I know numerous writers who assemble storyboards or character files prior to writing a single word. These boards or files include photographs, snagged from the internet or various publications, with the facial and physical characteristics they will ascribe to their characters.
I can’t work that way. My characters reveal themselves a little here, a little there, until the picture is complete. That said, by the time I’ve come to know them well, I realize the character isn’t a random accumulation of parts but is, rather, someone who has impressed me enough that, although I probably can’t name the person or recall the why or wherefore of the encounter or observation, I made a mental file. The character’s physical attributes spill from that subconcious file and reassembled on the page.
This makes finding photographic representations somewhat difficult.
My critique partner illuminated this problem as we discussed cover art. She knows me well and understands my aversion to covers—and titles—that don’t honestly convey the books they represent. Thus, the hunt commenced.
I started with my first heroine (who you will not meet until Book Two of my Merlin’s Prophesy series), since she first entered my pages in the mid 9os, and I knew everything I could know about her. Hours and hours later, it occurred to me who she resembled. The problem? I didn’t know the gal’s name. I could only recall seeing her in a Riverdance production. More hours, but I found her: first, in the cast of Riverdance, then, reprising her Riverdance role as Erin the Goddess in Feet of Flames.
While my heroine’s hair is darker red, longer, and less curly, and she describes herself as “too tall, too thin, and too plain”, a far cry from anyone portraying a goddess, here is the woman who jumped from those mental files I mentioned earlier. Meet Anne Buckley aka my first heroine.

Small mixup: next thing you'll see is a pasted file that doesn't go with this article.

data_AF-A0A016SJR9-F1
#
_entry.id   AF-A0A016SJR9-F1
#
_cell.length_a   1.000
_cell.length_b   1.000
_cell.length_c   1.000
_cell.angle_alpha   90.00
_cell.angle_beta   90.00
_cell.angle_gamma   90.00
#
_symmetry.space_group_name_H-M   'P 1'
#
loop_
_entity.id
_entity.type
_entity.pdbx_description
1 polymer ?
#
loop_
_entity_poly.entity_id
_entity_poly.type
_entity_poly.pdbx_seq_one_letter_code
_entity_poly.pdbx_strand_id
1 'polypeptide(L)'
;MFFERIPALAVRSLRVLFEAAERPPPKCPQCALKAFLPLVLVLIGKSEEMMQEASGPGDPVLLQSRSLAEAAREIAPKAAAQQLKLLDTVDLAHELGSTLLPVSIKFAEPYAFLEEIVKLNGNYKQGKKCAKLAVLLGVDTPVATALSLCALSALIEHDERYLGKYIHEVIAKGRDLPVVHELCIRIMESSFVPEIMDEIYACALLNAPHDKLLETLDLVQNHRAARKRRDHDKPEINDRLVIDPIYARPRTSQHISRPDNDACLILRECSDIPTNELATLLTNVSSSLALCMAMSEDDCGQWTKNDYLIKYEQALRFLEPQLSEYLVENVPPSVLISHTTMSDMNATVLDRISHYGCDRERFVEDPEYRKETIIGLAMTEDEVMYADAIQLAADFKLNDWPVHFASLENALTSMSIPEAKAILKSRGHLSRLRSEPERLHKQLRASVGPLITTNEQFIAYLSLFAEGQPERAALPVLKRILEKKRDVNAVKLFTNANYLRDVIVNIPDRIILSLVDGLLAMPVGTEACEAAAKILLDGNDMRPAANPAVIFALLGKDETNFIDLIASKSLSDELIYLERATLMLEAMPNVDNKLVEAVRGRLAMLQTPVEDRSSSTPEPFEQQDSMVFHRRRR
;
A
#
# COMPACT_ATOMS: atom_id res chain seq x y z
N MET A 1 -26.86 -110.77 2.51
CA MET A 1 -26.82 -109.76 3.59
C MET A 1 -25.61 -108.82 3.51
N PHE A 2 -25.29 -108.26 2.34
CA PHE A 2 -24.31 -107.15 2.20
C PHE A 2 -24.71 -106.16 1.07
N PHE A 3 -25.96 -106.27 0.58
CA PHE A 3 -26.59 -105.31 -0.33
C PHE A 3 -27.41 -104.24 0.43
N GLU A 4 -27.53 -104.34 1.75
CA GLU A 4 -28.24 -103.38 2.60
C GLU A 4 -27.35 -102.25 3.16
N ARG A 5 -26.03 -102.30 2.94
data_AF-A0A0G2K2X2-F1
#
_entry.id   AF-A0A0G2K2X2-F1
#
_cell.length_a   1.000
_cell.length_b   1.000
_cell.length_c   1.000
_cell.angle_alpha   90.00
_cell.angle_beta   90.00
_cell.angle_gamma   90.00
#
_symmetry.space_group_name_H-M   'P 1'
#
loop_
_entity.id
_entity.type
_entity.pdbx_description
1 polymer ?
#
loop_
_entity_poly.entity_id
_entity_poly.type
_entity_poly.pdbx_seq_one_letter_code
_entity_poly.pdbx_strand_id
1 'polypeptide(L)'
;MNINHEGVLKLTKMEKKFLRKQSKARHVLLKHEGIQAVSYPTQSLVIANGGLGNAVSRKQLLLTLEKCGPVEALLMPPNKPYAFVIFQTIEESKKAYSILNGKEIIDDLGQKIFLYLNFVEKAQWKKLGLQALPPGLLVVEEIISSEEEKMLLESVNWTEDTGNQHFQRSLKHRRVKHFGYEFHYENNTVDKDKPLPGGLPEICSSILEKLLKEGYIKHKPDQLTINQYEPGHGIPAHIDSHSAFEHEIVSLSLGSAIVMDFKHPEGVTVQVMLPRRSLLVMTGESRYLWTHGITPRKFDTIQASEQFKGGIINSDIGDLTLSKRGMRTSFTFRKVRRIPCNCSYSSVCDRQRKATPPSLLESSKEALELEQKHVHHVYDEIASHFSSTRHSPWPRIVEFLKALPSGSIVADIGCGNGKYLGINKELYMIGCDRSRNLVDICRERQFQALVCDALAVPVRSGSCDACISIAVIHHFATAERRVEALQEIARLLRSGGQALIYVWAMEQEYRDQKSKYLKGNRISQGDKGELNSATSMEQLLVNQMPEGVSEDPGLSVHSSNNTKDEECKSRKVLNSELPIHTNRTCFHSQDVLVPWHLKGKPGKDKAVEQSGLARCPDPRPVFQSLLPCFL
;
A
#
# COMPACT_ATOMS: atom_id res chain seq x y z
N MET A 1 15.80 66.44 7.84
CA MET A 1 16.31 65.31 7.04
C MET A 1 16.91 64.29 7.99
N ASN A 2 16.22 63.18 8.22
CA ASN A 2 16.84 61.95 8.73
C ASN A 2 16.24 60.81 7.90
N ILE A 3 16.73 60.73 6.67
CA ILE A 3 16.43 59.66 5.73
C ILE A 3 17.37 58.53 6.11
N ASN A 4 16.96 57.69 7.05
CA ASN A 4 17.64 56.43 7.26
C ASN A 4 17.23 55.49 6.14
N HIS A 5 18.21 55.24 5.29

And just because I love this song and there is none to stop me from indulging:
My second heroine (who you will meet in the first book of my series), entrances the hero on page one. Seeing her in silhouette against a setting sun, he thinks her an angel, albeit a stacked angel, and is unsettled by his uncharacteristic viceral response. I searched high and low for a good photo and found a few that came close, but none were quite right. Then another friend said, “Have you looked at your oldest daughter?”
Well, duh! I’d written the character, but didn’t realize the physical representation came from my own brood. (Thus, it’s fair to conclude, not only am I not a linear thinker, I can be as dense as diamonds.)
Genetics blessed my oldest daughter with her father’s golden-blond hair and dense, Highland Scot bones, while youngest, also blonde, received my mother’s Irish “bird-bones”. My heroine is golden-blonde, has Highland antecedents, and thinks of herself a “over-tall for a woman”, so the resemblance is a no-brainer—or should have been. (I’ll not insert photos since there are a couple on my photos page, but if you look, you’ll see exactly what I mean.)
Two down. One to go—at least for this series . . . I hope.
Heroes are an entirely different battle and will wait for another day.
Do you start with photos? Drawings? A friend or acquaintance? Or are you like me, scrambling after the fact?